A: Pakistan has put in place legislative, regulatory and administrative measures to implement U.N. Security Council Resolutions on the Democratic People’s Republic of Korea (DPRK). This includes steps for enforcing Resolution 2270. There is a high-powered committee chaired by the Ministry of Foreign Affairs, which includes all stakeholders including the Ministry of Commerce, Pakistan Customs and other relevant law enforcement agencies, State Bank of Pakistan and financial institutions, Ministries of Aviation and Shipping and Ministry of Petroleum and Natural Resources, to ensure that the sanctions regime is followed in letter and spirit. We have been sharing relevant details with the U.N. Security Council and ROK.

We are confident that effective implementation of Security Council Resolution 2270 is being ensured by Pakistan.

Q: Despite the Pakistani government’s denial, there have been media reports that Pakistan is linked to North Korea’s nuclear program. Why do you think those accusations are being made? How would you convince South Koreans that such accusations are false?

A: Certain recent reports originated from Asian News International (ANI), which is based in India. The sources of these reports were not mentioned which made them impossible to verify. The reports were timed with the NSG Plenary in Seoul which was scheduled to consider NSG applications of Pakistan and India. As such, these reports were clearly politically motivated.

In this age and time, any trade or cooperation between countries can be monitored by various technological means. It is not possible to carry out clandestine operations.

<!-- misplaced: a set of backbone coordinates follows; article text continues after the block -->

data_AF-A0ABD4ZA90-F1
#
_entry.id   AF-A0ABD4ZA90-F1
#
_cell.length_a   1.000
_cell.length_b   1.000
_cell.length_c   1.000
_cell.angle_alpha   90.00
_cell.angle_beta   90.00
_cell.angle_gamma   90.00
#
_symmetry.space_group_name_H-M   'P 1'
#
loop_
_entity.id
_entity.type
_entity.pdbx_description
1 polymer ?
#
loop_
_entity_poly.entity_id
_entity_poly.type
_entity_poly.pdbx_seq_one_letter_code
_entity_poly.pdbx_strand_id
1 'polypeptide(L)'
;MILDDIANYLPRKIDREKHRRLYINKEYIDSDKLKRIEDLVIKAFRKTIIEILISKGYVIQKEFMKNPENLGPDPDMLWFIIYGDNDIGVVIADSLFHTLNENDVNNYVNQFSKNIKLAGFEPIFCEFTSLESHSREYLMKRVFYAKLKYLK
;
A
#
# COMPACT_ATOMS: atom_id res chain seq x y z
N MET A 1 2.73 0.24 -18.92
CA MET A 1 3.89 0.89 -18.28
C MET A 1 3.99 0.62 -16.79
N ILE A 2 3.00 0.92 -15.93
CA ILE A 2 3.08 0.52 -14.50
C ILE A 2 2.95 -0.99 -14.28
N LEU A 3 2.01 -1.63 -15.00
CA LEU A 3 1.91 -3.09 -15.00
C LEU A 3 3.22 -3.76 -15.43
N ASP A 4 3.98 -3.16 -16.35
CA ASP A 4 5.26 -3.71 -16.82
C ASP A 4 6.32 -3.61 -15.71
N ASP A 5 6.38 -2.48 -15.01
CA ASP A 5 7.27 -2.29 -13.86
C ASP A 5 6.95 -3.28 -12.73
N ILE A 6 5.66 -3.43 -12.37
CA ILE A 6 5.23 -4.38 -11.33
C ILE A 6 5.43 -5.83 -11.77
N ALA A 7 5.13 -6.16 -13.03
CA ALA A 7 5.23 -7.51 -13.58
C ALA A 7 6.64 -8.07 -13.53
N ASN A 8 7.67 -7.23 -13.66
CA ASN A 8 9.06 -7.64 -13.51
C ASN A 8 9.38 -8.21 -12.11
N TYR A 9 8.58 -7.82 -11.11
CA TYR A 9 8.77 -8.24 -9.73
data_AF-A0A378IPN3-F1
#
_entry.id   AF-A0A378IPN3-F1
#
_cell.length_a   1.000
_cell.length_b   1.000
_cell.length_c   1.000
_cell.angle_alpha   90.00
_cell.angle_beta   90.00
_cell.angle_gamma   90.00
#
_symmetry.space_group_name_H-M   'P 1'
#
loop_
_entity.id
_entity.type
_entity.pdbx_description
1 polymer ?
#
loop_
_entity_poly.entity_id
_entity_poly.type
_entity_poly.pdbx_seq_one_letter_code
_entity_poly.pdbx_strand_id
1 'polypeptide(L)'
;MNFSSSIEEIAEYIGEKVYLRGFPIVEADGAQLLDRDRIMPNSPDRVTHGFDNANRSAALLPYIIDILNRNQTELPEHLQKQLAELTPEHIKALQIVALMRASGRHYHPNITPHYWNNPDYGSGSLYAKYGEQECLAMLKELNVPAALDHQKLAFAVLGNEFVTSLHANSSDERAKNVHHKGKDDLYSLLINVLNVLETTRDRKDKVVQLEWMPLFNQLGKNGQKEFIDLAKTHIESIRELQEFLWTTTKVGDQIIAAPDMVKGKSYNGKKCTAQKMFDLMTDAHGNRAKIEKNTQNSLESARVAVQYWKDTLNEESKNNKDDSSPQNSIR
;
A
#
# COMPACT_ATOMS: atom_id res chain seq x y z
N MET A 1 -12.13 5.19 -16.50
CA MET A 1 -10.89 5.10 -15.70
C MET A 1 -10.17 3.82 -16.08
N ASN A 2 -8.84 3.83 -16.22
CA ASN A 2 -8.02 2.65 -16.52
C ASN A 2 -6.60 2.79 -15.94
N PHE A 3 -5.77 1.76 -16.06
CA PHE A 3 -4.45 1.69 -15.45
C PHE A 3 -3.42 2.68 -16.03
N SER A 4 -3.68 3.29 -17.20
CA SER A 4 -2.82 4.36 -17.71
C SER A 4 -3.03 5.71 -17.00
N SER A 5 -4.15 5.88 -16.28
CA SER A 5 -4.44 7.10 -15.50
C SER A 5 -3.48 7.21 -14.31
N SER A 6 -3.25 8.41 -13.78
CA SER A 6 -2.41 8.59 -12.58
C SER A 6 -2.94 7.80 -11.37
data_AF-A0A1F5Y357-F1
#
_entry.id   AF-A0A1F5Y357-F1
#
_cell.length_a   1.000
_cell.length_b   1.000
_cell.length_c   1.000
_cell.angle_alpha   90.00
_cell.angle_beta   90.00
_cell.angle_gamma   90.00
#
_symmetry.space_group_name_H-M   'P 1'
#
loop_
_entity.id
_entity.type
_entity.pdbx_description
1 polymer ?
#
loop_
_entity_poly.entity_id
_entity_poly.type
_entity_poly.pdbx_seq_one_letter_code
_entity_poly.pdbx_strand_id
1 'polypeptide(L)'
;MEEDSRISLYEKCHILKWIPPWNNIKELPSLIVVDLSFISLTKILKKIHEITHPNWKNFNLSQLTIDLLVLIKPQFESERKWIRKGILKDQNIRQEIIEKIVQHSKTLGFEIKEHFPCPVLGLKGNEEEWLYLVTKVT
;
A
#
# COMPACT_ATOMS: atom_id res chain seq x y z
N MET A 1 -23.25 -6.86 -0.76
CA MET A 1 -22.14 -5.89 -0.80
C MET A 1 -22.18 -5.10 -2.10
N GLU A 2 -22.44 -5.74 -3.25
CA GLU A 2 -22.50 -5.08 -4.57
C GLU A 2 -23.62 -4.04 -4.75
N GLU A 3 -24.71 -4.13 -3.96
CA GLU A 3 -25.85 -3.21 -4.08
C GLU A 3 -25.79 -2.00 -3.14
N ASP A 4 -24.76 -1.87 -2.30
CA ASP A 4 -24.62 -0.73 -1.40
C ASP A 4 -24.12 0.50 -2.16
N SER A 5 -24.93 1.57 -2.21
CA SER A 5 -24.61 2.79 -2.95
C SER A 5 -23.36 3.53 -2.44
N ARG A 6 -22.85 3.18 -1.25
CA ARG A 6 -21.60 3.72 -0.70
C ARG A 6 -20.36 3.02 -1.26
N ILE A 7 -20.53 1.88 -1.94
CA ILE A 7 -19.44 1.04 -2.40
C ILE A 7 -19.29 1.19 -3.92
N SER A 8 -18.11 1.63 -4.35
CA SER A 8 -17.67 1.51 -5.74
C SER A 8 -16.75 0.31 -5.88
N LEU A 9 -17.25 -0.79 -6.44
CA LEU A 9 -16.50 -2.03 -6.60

More importantly, there is no political or strategic logic for Pakistan to carry out such cooperation. It would be irrational for Pakistan to seek mainstreaming in the global nuclear nonproliferation regime while doing something which can severely tarnish its reputation. Pakistan stands to gain nothing from it. The ROK is an important development partner of Pakistan and we have a history of a very good relationship. We are therefore certain that the South Korean public will fully understand the motivation behind the recent unfounded media reports.

Q: Please kindly share your thoughts on whether South Korea should go for nuclear armament to better counter North Korea’s weapons of mass destruction.

A: Pakistan is fully sensitive to the ROK’s security challenges. For that reason we have consistently supported the establishment of a nuclear-weapons-free Korean Peninsula, which, we understand, is an objective to which the ROK fully subscribes. We are of the view that there is a need to pursue the objective through peaceful means in the context of the six-party talks. We hope that the latest measures by the international community will be able to convince the DPRK to also come to the table for restoring peace and stability to the Korean Peninsula.

Q: Are there any other messages you would like to underscore?

A: We would like to reiterate that Pakistan is a friend of the ROK and its people. We have historically been development partners. ROK businesses are active in Pakistan and we would like to see this partnership flourish further.

Pakistan is sensitive to ROK security concerns and we would never do anything which undermines the ROK’s security interests. We equally hope that the ROK, as the NSG chair, will play its due role in ensuring a merit based and nondiscriminatory consideration of Pakistan’s NSG application.